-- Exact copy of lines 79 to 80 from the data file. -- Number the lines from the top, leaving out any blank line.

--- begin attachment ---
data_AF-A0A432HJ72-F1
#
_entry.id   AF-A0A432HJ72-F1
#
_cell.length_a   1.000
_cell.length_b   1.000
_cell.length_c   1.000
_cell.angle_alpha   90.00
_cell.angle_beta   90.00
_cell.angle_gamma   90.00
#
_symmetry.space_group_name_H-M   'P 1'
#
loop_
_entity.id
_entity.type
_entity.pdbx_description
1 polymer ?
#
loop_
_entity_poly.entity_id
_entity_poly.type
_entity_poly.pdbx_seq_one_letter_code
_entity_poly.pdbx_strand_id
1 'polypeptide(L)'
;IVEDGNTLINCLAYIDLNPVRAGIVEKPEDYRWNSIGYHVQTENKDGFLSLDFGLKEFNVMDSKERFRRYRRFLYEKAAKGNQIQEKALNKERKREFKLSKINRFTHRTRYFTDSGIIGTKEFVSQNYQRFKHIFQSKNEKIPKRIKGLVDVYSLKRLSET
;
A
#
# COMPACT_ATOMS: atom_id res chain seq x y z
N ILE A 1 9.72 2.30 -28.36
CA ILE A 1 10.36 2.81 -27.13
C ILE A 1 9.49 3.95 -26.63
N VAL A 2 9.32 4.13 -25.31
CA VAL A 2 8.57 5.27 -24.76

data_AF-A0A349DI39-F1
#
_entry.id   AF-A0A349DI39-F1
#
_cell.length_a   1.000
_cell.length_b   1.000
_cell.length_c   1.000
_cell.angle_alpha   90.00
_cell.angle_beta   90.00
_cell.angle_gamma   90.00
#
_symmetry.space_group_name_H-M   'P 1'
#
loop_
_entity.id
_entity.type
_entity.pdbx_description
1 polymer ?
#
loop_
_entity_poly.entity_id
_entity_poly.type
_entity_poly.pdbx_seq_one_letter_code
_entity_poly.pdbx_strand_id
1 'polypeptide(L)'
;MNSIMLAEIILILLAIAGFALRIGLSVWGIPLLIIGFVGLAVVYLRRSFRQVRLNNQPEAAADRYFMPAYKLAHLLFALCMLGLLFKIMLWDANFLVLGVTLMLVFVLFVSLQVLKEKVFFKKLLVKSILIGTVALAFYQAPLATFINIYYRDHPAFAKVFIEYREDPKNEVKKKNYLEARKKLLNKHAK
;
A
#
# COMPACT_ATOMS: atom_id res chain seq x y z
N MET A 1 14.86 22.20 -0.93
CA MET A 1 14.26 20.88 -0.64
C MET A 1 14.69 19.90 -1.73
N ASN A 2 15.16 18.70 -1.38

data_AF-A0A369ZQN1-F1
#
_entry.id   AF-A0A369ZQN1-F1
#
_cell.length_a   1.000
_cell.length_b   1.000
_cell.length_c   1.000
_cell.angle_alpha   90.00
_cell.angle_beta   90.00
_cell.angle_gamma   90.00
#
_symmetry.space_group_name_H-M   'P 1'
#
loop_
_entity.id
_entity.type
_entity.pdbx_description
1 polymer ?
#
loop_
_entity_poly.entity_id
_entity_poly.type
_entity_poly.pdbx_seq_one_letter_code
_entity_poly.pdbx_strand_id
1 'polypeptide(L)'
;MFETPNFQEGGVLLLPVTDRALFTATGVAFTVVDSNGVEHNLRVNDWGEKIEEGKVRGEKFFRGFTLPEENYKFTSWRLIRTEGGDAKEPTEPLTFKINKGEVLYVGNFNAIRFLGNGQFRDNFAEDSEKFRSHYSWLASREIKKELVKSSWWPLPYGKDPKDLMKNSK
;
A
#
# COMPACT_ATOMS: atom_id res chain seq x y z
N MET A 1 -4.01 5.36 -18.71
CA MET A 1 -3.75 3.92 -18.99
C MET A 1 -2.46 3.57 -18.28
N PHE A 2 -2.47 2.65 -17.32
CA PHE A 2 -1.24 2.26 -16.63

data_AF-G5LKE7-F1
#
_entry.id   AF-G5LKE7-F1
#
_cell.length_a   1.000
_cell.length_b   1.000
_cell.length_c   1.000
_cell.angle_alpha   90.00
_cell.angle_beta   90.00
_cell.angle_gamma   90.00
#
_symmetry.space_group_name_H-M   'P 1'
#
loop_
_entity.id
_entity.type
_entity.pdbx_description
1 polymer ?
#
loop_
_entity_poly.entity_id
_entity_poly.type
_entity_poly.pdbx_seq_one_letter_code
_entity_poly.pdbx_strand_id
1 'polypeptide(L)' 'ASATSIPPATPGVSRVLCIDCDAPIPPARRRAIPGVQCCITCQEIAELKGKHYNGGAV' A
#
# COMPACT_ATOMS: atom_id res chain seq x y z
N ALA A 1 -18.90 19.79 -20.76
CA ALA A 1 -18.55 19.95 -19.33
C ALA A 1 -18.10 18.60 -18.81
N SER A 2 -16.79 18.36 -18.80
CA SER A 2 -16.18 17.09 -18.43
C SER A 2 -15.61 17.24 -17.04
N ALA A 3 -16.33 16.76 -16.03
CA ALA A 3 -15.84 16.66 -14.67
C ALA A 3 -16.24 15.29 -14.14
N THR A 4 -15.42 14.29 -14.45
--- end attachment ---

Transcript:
_cell.angle_gamma   90.00
#